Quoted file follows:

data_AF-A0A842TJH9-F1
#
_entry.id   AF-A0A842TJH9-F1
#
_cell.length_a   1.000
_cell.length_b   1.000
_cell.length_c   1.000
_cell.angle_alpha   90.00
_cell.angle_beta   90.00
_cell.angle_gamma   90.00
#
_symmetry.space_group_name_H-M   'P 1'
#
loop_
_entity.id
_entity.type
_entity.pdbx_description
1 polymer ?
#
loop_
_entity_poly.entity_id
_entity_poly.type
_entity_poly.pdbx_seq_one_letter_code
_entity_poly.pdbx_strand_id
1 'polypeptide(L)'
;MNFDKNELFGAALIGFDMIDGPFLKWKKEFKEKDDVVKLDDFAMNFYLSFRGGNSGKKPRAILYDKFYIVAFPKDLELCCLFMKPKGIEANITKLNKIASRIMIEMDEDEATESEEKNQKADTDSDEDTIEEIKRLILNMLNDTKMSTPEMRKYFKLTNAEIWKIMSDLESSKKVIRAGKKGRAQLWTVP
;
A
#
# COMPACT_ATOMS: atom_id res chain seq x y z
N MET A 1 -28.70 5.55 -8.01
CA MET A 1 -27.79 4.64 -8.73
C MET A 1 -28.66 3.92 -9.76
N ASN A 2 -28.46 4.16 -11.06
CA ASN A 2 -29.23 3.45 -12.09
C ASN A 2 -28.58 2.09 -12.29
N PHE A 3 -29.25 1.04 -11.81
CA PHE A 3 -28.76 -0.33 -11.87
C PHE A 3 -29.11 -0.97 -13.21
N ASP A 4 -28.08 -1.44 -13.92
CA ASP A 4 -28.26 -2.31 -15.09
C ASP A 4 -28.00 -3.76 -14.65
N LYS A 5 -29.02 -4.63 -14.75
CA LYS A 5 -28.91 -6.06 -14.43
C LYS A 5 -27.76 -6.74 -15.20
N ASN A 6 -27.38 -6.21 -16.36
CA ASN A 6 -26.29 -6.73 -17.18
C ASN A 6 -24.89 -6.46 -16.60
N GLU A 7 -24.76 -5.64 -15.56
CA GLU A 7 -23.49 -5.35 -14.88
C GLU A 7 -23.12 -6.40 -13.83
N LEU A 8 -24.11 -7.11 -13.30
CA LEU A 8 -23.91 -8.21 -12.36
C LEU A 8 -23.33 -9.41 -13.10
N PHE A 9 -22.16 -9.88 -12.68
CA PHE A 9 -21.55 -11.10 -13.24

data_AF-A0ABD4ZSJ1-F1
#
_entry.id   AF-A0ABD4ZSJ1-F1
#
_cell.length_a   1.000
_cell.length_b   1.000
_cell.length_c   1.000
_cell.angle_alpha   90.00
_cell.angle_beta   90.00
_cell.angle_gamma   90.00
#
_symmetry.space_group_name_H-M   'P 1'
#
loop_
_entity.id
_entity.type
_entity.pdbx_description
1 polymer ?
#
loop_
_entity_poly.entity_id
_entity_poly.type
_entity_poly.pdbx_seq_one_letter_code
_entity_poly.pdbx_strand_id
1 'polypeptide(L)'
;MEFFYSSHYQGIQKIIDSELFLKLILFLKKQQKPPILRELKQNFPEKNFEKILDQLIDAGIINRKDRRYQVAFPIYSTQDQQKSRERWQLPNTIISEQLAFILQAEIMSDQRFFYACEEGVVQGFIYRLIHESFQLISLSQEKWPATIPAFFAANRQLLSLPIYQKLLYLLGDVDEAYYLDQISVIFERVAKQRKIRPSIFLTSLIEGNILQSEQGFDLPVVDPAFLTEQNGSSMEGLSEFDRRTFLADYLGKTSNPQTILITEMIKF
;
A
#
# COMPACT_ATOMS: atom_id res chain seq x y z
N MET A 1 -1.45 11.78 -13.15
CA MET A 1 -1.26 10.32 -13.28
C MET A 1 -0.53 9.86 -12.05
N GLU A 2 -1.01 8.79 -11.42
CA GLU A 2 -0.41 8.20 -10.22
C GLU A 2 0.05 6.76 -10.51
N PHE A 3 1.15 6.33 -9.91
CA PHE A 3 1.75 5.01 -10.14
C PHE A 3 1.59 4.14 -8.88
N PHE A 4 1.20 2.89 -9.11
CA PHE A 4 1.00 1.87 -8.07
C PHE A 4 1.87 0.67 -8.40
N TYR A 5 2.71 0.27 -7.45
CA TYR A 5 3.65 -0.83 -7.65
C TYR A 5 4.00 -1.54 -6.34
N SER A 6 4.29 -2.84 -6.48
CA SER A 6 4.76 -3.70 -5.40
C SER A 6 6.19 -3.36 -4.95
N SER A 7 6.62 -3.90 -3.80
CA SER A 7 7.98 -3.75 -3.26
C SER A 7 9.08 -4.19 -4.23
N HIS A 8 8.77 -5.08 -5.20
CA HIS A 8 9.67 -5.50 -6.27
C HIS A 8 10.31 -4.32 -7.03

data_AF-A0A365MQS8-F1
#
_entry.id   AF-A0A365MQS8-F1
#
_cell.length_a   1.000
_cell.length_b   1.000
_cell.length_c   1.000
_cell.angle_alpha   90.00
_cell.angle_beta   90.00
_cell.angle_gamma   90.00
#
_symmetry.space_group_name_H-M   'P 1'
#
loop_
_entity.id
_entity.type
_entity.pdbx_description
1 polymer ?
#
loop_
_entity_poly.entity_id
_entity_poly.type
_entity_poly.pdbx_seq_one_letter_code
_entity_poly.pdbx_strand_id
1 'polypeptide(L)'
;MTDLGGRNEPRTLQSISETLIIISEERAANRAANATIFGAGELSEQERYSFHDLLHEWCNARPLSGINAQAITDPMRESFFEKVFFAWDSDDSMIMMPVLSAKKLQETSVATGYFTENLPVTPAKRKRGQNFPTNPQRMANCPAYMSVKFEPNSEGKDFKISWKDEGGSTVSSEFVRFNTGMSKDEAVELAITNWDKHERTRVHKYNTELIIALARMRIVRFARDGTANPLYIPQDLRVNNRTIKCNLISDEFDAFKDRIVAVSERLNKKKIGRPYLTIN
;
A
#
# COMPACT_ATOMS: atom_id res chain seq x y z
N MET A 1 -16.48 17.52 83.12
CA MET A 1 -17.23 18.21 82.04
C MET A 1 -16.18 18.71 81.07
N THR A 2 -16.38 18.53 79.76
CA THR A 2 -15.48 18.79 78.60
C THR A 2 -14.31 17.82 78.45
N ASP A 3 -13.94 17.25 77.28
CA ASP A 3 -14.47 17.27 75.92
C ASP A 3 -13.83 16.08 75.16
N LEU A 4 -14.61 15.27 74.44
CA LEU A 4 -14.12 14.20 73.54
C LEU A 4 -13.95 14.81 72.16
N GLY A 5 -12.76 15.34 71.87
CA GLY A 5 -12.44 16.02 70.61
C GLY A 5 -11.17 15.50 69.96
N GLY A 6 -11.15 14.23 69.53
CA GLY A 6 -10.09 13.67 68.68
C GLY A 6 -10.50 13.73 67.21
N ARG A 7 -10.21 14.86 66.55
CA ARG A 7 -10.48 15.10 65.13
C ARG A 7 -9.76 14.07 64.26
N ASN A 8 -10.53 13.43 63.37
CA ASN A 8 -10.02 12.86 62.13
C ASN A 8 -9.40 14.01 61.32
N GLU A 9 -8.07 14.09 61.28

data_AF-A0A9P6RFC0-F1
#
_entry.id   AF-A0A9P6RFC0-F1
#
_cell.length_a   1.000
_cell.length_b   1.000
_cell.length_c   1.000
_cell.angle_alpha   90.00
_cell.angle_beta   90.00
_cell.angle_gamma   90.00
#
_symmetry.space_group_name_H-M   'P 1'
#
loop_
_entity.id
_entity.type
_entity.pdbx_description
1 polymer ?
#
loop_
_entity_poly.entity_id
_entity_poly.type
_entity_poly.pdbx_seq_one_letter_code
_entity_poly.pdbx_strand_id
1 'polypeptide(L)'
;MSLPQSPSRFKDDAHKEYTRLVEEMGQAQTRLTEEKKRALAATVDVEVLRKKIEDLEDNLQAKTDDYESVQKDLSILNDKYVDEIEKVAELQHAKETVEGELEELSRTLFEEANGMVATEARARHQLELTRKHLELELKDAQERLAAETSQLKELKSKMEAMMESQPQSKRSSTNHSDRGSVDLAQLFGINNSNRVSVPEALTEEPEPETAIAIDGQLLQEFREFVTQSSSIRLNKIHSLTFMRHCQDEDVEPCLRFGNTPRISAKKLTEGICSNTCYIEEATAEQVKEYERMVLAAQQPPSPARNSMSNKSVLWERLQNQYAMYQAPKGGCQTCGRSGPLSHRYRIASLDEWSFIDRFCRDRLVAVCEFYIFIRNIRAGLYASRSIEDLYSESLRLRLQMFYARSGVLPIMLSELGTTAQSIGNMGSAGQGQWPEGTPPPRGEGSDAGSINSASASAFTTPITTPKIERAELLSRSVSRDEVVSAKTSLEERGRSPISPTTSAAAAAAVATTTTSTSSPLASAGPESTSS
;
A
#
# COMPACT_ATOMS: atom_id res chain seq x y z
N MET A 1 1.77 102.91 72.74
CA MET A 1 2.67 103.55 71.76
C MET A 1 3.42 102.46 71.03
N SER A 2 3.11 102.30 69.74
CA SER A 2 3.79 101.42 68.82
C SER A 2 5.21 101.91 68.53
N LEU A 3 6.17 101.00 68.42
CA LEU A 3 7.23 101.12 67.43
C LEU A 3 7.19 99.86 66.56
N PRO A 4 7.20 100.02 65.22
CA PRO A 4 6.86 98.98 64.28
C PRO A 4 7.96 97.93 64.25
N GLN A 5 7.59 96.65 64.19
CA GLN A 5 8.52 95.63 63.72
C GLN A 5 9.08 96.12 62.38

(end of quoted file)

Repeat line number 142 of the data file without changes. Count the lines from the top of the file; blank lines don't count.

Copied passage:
CA MET A 1 -17.23 18.21 82.04